Ubiñas: Parents of an addicted son share their story

The Peters, Nancy and Kevin, knew their then-15-year-old son had been using and dealing marijuana and other drugs for about a year. They got him into a counseling program, set ground rules. ( DAVID MAIALETTI / Staff Photographer )

NO PARENT ever dreams their kid will become an addict. If that weren't obvious enough, it lay bare in the despair and desperation on the faces of many of the parents who attended a recent forum about young people struggling with substance abuse.

Nancy and Kevin Peter, of West Mount Airy, were panelists at the Horsham Township Community Center forum last week.

When it was their turn to speak, Nancy began with an admission that moved other parents to nod in agreement. When the Peters envisioned their only son's life, addiction wasn't part of it.

"I suspect it's what happens when a child is suddenly hurt in an accident, or is stricken with a disease . . . parents have to 'recalibrate' the future they envisioned for their son or daughter," she later said. "And then, of course, there is the added guilt, shame, blame, anger. I knew that [my son's] addictions were not his fault and not my fault . . . but knowing is not always feeling."

The Peters knew their then-15-year-old son had been using and dealing marijuana and other drugs for about a year. They got him into a counseling program, set ground rules.

Then in late 2013 they got a call: He'd been arrested at Central High School with about $140 worth of marijuana and about $200 in cash.

Understandably, the Peters were freaked out. They received some information from the school and district about what came next, including a flier with parental rights, but they found it lacking. They went into parental preparation mode.

"I can tell you that nobody did us any favors, nobody bent any rules, but people walked us through what was going to happen," said Nancy Peter, founder and director of the Out-of-School Time Resource Center at the University of Pennsylvania. "I have close colleagues in Family Court and the school district because of the work that I do and they got back to me that weekend and said this is what's going to happen. They walked us through everything. By Monday, we were ridiculously versed in all of this."

They know not everyone is so lucky, which is why they're choosing to tell a story others would probably keep to themselves.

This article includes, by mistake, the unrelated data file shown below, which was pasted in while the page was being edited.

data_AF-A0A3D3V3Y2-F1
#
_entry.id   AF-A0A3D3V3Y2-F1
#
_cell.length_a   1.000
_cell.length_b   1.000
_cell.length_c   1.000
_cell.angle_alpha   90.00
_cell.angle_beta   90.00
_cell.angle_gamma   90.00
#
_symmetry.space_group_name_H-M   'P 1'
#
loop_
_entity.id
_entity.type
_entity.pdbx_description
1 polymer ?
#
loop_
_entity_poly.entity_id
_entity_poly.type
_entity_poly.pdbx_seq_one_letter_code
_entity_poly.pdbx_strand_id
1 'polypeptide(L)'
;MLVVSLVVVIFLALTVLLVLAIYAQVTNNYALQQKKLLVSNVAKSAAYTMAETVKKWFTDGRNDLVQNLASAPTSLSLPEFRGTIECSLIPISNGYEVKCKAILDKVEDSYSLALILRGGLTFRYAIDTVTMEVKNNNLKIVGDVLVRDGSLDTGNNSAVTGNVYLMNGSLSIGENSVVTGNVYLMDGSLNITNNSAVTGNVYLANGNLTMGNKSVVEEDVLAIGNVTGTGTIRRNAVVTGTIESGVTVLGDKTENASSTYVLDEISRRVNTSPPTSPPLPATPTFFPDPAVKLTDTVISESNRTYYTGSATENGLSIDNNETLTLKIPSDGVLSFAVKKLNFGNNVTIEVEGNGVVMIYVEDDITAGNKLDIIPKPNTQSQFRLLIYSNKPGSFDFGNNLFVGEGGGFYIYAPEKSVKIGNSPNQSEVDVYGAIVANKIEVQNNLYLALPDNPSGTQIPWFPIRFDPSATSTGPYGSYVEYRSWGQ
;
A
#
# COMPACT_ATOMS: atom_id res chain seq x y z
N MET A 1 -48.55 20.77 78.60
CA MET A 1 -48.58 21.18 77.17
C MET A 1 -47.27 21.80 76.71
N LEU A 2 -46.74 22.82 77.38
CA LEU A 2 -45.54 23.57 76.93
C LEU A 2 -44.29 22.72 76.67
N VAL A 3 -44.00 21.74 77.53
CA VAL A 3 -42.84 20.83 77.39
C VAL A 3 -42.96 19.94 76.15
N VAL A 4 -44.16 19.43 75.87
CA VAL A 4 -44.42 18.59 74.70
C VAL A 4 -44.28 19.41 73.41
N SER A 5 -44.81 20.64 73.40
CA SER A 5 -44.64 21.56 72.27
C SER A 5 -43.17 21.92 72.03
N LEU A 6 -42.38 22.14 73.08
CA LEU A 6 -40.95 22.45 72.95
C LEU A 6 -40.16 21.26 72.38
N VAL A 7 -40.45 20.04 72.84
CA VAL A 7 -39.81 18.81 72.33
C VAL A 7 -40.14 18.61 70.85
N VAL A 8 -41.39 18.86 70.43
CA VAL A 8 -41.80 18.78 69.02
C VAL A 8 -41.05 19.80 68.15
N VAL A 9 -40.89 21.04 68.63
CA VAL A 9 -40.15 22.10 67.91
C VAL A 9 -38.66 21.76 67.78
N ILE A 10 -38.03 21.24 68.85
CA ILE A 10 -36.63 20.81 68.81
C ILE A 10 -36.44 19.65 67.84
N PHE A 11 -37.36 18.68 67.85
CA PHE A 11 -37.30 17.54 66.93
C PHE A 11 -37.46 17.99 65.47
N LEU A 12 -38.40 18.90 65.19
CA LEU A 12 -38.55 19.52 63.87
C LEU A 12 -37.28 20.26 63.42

In Family Court, their son was charged with possession and given four months of probation. His charges would be expunged if he followed the rules and stayed out of trouble.

But there was still the matter of where he'd go to school. The Peters quickly realized their options added up to no option at all, they said. The neighborhood school he could have attended wasn't the right environment for him. None of the multiple public or private schools he applied to accepted him, except for the Bridge Way School, a small recovery school in Manayunk, where the Peters say their son, now 17, is doing well.

A happy ending for the family. But not the end for a family who saw firsthand how challenging the school and court system was to navigate, and now want to help others through it.

"We are not implying our son got a bad deal," said Kevin Peter, who's a fundraiser for a nonprofit. "He got what he deserved. Our concern is that many kids and families in Philly public schools do not have the information or guidance they need to get the best possible outcomes for their children in this situation."

Rachel Holzman, the district's deputy chief of student rights and responsibilities, said there's always room for improvement, but parents are given adequate information, including a referral to the School Discipline Advocacy Service, a coalition of law students who advocate on behalf of students and parents at school disciplinary hearings. In its first year, 2010, they handled about 10 cases. Last school year they provided advocacy at 35 hearings. This school year, they've already provided assistance at more than 20.

But quoting from a list of the parental rights, Kevin Peter wondered: "Does everyone know what 'bring a representative' means? Do people who aren't fluent in English understand that? Young mothers who didn't graduate high school? Elderly guardians? Do parents/guardians who feel disenfranchised believe their witnesses will be heard or given the same level of credibility as the district witnesses?"

All fair points, although I wonder if any amount of information or preparation would feel like enough for parents in crisis.

"I really applaud what the Peters are doing," said Kim Rubenstein, the founder of Be a Part of the Conversation, a drug- and alcohol-awareness group that organized the forum the couple participated in. "So often the fear of being judged leads to silence and isolation."

For the Peters, worse than being judged is feeling alone on a path no parent ever envisions for their child.



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